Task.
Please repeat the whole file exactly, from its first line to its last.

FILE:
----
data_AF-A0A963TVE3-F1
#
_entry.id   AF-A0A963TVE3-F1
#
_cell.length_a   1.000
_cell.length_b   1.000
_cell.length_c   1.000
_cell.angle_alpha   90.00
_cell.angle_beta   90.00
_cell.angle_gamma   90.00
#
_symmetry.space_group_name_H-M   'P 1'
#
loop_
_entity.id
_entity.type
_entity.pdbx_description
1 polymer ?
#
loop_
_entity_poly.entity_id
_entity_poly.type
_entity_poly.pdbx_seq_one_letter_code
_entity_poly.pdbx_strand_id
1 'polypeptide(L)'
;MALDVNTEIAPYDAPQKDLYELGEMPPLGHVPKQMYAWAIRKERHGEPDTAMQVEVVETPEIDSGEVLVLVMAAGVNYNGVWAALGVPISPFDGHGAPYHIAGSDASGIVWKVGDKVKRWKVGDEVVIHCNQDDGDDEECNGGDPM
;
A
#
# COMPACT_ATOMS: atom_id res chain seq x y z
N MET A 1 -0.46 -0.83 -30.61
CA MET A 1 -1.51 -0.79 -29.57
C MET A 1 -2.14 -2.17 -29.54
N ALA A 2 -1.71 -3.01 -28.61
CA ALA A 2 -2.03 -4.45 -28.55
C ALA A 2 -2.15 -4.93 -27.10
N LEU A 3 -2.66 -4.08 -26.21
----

data_AF-A0A963TVE3-F1
#
_entry.id   AF-A0A963TVE3-F1
#
_cell.length_a   1.000
_cell.length_b   1.000
_cell.length_c   1.000
_cell.angle_alpha   90.00
_cell.angle_beta   90.00
_cell.angle_gamma   90.00
#
_symmetry.space_group_name_H-M   'P 1'
#
loop_
_entity.id
_entity.type
_entity.pdbx_description
1 polymer ?
#
loop_
_entity_poly.entity_id
_entity_poly.type
_entity_poly.pdbx_seq_one_letter_code
_entity_poly.pdbx_strand_id
1 'polypeptide(L)'
;MALDVNTEIAPYDAPQKDLYELGEMPPLGHVPKQMYAWAIRKERHGEPDTAMQVEVVETPEIDSGEVLVLVMAAGVNYNGVWAALGVPISPFDGHGAPYHIAGSDASGIVWKVGDKVKRWKVGDEVVIHCNQDDGDDEECNGGDPM
;
A
#
# COMPACT_ATOMS: atom_id res chain seq x y z
N MET A 1 -0.46 -0.83 -30.61
CA MET A 1 -1.51 -0.79 -29.57
C MET A 1 -2.14 -2.17 -29.54
N ALA A 2 -1.71 -3.01 -28.61
CA ALA A 2 -2.03 -4.45 -28.55
C ALA A 2 -2.15 -4.93 -27.10
N LEU A 3 -2.66 -4.08 -26.21